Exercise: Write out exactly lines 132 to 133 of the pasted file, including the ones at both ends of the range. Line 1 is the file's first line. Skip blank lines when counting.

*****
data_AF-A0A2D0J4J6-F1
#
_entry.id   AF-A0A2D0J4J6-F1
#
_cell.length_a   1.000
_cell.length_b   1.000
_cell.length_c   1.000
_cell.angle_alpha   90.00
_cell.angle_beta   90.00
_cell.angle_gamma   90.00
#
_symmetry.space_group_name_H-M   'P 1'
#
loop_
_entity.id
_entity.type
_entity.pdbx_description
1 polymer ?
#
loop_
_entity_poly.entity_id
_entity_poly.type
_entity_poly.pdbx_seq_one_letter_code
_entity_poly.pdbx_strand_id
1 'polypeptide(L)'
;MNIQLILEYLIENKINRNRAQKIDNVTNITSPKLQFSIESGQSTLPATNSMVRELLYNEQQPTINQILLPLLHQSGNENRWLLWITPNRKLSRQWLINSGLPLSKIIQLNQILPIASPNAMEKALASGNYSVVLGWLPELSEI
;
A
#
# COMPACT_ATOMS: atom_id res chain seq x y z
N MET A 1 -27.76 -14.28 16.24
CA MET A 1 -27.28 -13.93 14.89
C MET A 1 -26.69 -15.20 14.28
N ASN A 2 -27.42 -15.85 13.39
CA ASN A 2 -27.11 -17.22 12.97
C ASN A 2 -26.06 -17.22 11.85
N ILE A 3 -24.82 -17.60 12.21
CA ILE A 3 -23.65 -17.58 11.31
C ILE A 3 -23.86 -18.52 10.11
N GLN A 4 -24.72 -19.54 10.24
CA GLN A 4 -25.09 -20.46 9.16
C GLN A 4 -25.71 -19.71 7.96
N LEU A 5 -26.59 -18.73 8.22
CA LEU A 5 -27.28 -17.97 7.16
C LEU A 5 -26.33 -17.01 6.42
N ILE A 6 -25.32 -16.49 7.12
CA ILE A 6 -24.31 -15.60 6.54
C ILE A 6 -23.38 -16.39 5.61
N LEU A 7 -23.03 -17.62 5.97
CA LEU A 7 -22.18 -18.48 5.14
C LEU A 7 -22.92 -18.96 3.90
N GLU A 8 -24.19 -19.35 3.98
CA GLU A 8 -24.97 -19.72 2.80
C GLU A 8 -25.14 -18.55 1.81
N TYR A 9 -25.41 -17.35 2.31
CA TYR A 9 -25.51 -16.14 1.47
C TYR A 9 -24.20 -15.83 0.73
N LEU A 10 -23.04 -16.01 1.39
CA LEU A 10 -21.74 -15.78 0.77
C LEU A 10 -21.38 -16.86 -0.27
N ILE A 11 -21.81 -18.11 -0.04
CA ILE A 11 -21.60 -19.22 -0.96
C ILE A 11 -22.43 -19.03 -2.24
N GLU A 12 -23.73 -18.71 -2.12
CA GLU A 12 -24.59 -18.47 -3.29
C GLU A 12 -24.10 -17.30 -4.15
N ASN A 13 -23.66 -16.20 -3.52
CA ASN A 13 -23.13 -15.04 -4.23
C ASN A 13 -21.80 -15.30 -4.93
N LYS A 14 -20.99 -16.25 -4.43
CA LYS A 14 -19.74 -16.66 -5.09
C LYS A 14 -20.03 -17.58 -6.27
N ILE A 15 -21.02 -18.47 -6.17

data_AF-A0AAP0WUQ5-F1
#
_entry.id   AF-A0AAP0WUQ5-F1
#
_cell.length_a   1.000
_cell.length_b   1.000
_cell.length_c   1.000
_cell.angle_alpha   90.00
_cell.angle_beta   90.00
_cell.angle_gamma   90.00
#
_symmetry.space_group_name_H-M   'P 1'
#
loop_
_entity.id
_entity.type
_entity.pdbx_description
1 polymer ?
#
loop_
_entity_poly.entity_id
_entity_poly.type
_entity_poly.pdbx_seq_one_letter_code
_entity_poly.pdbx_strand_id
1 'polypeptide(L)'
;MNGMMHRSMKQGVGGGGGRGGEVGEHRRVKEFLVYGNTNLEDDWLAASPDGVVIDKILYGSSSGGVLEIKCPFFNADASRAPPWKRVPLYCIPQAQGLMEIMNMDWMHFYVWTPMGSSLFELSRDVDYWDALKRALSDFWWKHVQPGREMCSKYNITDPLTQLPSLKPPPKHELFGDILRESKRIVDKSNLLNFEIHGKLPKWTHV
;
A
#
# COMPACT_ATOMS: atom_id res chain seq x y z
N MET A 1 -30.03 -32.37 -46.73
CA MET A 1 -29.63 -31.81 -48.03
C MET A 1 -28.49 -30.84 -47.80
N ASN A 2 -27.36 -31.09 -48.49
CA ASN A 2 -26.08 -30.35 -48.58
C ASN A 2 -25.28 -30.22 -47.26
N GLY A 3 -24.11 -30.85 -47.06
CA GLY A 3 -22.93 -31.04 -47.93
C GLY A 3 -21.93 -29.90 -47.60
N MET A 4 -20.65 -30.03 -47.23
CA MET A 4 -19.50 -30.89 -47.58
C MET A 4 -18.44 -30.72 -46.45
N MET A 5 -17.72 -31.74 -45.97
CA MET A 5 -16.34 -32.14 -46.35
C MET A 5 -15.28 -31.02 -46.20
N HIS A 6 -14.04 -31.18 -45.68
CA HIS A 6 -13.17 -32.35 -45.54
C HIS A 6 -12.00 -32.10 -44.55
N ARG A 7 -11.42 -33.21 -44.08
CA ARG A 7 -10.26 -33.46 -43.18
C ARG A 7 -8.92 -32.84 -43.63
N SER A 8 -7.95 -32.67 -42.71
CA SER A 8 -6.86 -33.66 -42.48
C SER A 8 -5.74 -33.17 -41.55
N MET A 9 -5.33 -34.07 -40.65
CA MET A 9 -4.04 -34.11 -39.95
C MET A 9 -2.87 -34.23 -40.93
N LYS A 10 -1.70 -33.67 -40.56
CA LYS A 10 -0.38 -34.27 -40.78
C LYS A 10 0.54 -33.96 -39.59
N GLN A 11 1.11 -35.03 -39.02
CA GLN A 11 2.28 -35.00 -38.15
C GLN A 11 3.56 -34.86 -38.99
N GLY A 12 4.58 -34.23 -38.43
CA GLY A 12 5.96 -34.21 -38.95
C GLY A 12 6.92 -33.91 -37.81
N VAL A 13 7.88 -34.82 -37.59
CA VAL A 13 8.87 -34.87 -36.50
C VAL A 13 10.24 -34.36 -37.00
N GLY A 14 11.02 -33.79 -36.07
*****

CA LYS A 10 -0.38 -34.27 -40.78
C LYS A 10 0.54 -33.96 -39.59